A DREAM OF A.D.2000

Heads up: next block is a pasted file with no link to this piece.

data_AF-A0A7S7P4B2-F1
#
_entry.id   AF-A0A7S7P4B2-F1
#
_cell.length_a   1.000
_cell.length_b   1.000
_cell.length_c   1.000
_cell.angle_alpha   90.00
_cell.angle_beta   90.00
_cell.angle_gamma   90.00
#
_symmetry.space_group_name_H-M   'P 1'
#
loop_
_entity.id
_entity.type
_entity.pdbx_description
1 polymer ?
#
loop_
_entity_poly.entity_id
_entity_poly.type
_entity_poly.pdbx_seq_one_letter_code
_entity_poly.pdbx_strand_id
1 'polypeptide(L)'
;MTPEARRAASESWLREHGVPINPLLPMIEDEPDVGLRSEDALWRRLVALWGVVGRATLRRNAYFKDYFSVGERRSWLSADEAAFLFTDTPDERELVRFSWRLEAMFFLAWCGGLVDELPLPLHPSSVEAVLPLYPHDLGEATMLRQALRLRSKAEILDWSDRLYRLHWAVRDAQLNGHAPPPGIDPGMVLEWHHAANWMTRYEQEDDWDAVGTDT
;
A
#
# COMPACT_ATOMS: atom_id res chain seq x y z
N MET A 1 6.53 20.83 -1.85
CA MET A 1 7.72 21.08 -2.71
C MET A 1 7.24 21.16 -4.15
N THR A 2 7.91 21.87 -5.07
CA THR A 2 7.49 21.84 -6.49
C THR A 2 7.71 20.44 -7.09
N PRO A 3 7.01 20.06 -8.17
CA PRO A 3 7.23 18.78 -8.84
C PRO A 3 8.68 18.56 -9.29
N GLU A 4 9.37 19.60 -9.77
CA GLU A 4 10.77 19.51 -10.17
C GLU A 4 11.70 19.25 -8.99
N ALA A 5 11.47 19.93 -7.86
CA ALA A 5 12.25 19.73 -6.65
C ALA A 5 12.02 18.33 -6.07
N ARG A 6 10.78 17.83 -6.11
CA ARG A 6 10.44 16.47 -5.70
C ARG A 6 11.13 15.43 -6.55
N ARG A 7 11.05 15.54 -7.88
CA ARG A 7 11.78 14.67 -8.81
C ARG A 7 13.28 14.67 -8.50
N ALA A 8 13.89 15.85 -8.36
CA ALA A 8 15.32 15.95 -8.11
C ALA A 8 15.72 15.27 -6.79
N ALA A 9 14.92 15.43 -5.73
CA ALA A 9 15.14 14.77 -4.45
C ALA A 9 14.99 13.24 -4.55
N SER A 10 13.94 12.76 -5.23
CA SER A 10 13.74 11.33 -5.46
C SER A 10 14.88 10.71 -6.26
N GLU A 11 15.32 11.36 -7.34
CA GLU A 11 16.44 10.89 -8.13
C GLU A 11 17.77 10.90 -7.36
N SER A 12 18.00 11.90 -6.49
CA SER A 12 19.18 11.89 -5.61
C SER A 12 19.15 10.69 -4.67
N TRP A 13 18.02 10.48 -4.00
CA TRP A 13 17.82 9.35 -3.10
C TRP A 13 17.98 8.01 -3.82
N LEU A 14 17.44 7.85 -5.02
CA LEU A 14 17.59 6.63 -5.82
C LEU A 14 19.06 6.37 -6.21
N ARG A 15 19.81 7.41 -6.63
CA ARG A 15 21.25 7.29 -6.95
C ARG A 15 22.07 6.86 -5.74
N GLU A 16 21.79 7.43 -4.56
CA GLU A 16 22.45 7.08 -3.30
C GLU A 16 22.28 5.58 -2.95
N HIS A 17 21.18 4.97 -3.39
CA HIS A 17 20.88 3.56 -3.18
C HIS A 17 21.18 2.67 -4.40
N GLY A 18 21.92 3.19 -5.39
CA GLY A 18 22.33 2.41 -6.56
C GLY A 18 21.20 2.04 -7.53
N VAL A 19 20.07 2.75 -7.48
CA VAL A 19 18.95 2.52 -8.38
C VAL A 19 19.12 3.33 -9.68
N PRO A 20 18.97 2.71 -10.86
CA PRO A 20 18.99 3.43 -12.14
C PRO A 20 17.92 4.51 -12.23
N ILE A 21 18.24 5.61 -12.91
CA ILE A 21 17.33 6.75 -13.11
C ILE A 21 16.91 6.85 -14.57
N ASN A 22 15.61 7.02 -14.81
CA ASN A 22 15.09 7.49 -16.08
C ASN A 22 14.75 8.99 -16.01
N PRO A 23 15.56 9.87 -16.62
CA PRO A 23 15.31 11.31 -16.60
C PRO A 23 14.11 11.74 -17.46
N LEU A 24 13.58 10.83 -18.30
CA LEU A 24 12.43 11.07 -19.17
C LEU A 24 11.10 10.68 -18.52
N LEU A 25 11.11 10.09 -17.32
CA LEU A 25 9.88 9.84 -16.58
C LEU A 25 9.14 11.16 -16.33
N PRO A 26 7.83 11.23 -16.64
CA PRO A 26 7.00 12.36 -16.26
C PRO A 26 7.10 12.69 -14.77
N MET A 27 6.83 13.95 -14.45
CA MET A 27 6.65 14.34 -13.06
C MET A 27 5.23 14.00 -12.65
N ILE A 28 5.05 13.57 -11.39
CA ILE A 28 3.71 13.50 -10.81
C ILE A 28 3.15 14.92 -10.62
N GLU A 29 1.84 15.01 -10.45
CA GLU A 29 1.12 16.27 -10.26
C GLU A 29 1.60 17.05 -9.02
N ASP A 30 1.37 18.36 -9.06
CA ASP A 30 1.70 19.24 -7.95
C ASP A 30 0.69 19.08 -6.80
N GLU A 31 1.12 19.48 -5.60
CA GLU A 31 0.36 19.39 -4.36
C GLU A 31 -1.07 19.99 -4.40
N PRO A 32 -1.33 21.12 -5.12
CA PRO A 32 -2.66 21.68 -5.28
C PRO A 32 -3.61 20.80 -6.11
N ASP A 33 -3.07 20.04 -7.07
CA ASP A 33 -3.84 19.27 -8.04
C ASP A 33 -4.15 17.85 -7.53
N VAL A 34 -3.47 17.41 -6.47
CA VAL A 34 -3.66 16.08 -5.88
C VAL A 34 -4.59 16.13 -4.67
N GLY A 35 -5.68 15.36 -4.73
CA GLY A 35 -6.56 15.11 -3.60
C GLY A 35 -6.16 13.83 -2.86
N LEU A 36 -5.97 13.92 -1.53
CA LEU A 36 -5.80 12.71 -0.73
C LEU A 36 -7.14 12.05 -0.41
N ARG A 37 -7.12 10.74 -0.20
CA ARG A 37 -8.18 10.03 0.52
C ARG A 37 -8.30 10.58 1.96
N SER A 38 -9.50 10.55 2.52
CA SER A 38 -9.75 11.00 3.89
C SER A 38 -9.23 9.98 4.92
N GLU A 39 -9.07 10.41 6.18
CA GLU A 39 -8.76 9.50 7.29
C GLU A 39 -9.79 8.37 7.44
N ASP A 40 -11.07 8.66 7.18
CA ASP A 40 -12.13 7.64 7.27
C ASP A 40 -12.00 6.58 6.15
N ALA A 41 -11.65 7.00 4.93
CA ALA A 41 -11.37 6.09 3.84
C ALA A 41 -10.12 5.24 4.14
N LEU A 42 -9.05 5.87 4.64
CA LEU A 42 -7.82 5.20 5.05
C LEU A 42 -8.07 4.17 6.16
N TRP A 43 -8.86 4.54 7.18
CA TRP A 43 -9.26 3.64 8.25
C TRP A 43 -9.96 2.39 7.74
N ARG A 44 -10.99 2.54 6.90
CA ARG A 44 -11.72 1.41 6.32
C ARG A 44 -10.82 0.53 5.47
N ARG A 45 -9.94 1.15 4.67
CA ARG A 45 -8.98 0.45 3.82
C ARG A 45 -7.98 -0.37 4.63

An English editor pu-s a t leeoopa to his mind's eye and looks round the world of a hundrvl years honce, und ee-s the English- spe. king race on the top of t varything. He says : The present populations ot the British Empire, Including o^lonles •nd dependencies, Is nearly 310,000,000. That of the 44 Btates wbioh make up tbe great Amerioan Republlo exceeds 61,00 ),000, and that of the world at largo. comprising all people, notions, aod tongues, Is about 1,500 000,000 The numerical strength of the English-speak-ing raoe may therefore be roughly taken aB one-fourth that of tho whole world. Moreover, It It o-loala.ed that at tbe present rate of inorease the year 2000 will see the population of the British Empire at oert-inly not less than 600 000,000, and of the United States at 100 000,000. At that time, taking tho most favorable view, It Is not likely that any European State will bave Inoreased In tbe same proportions, leaving out of consideration altogether ba desolating effects of war, wbioh is a 1 most the normal condition of the semlsavage populations of which the European Continent la largely composed. Franco cm but juat hold her own. Turkey Is dying om for want of Turkt, or m oher words, as foretold by Holy WMi, " Euphrates'- stream Is drying up'"; and so from different causes, the Continental nations are gradually but surely losing their virility, and with tha', their power for good or evil m tbe future. Neither Germany nor Fracas has any of the colonising Instlnot, aud their attempts In thli direotlon have proved a dismal failure In Algeria, Tonquin, East Afrloa, Samoa, New Guinea, and elsewhere. Spain hai her chance, and lost It by greed and oruelty. Portugal and Belgium are making apacmodlo effort* to es'abllah themselves In Afrloa ; but m one esse money Is wanted, and lv the other men, to give lifo and permanence to the undertaking. England holds Afrloa In the hollow of her haod, and the world may as well recognise that faot at first as at Inst, despite the senility of her home government and the fatuous and self-inter-ested opposition of her old dependency In the south. So also with Australasia and ail the surrounding islands, great and small, whioh 'constitute Pao'ua. Does anyone doubt that the handful of Dutch aud Germans, who have by the criminal negllgenoa of our Colonial Offloj somehow managed to get a foothold In New Guinea, or tho French oonvicts, who render New Caledonia a roproaoh and shame to clvllts-t on, will hold their own when the great oolonies of New South Wales, Victoria, Queensland, and New Zealand shall reaoh thoir manhood ? Tbey will be absorbed and assimilated, as It natural, by the greater power, and tho seleotloo of the fittest will here, as elsewhere, demonstrate the pre-eminence of the English strain for the work required to be accomplished. Turning mw to the vaijst continent of Amerloa, North and South, everything points to a time sooner or later when all the divided and subdivided states will be united under oat central authority — either an Anglo-Amerl* oan Empire or a fi deration of quastindependaut states, receiving their polltloal and soolal inspiration from London or Washing. on, ob a re-unlted both,
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